8. Every week on Saturday morning, you must go to the basement, crawl between the pipes and clean the same 10 foot by 10 foot area for four hours.

9. You may be in the shower for 10 minutes at longest, but you may not run the water for more than 60 seconds.

10. You have one week to study the instruction manuals for every appliance, utility and piece of equipment in your house. At the end of this week you must be able to quote any passage out of these from memory and pass a written exam. Until you can do this, you may not have access to TV or radio and you may not sleep for more than 3 hours at a time, with 9 hours awake between sleeping.

11. After this week, you must walk around the house for 6 hours and record every temperature, pressure, tank level, setting, and complete status of every piece of equipment in your house. You may not go to the bathroom or eat during this 6 hours. These 6 hour periods must start every 15 hours.

12. Once a week when you would otherwise be asleep, take your television completely apart and put it back together.

13. You may not go to the bathroom for one hour after you eat because during that time you have to clean it.

14. Each Monday through Friday morning whether you would normally be awake or not, you must pretend to start a fire in your house, put on a gas mask, and pretend to put the fire out. Wear the gas mask for at least one additional hour each time.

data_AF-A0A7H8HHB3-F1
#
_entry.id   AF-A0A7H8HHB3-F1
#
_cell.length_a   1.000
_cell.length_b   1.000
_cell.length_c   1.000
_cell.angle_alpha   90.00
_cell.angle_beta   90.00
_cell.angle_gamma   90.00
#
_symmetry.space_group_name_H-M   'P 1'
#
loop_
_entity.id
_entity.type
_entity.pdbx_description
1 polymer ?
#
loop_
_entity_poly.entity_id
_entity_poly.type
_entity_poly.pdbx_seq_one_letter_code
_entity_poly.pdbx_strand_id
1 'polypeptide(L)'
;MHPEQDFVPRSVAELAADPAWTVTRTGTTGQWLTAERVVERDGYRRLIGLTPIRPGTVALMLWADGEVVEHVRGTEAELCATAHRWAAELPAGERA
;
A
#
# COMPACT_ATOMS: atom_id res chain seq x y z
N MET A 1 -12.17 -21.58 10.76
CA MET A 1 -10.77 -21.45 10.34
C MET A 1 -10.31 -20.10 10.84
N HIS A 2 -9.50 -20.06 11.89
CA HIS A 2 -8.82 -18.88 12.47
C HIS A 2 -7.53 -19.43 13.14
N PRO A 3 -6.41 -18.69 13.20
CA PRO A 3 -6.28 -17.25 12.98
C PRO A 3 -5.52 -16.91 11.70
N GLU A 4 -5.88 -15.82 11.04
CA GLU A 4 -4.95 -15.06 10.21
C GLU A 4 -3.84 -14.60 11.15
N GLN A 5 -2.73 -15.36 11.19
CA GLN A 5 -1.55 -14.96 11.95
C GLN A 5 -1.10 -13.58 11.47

15. Each Monday through Friday afternoon whether you would normally be awake or not, you must study the same instruction manuals for 2 hours that you studied the first week.

16. Continue the above for 3 months even though you have only 2 months’ worth of food.

Behold the throne… the only place on board a submarine where you may expect a small modicum of privacy… unless of course a drill is called away

 

Reporters noted: “There is a typical submarine smell” Stories from the U 111 Archives Reply

This week was the annual Veterans Day remembrance in the United States and around the world. Of course, this year was the Centennial of the original celebration of Armistice Day when the land armies in Europe stopped fighting on 11-11 -1918 at 11:00 AM.

The Navy’s involved did not have the same cease fire. In a few days, I will write more about the surrender of the High Fleet which was nearly nine days later.

What is it like to live on a submarine?

Many of my submarine family celebrated this year with memories of their own times. It was great seeing the stories and pictures of their own and their families individual experiences. One of the cool things that popped up was an old list of things that might help you to understand what it was like to live on a nuclear submarine. I will include that as part of another post.

As I was reading the article below about the U 111, it occurred to me how much things have not changed much in 100 years. Well, to be honest, maybe they have a bit since the newer boats are rumored to have real showers and much better accommodations. And the crew get to entertain themselves with much fancier gear than even my generation could have imagined. But at the end of the day, one thing remains the same: you spend more than your share of time in an enclosed series of metal compartments under the ocean.

So with no further delay, here is one reporter’s impression of a “state of the art” German Undersea Boat in 1919.

The Bridgeport times and evening farmer. (Bridgeport, Conn.) 1918-1924, May 05, 1919, Image 9

LIVING IN A SUBMARINE OF HUN MAKE NOT ALL FUN

“If you would like to have a new experience suppose you do this: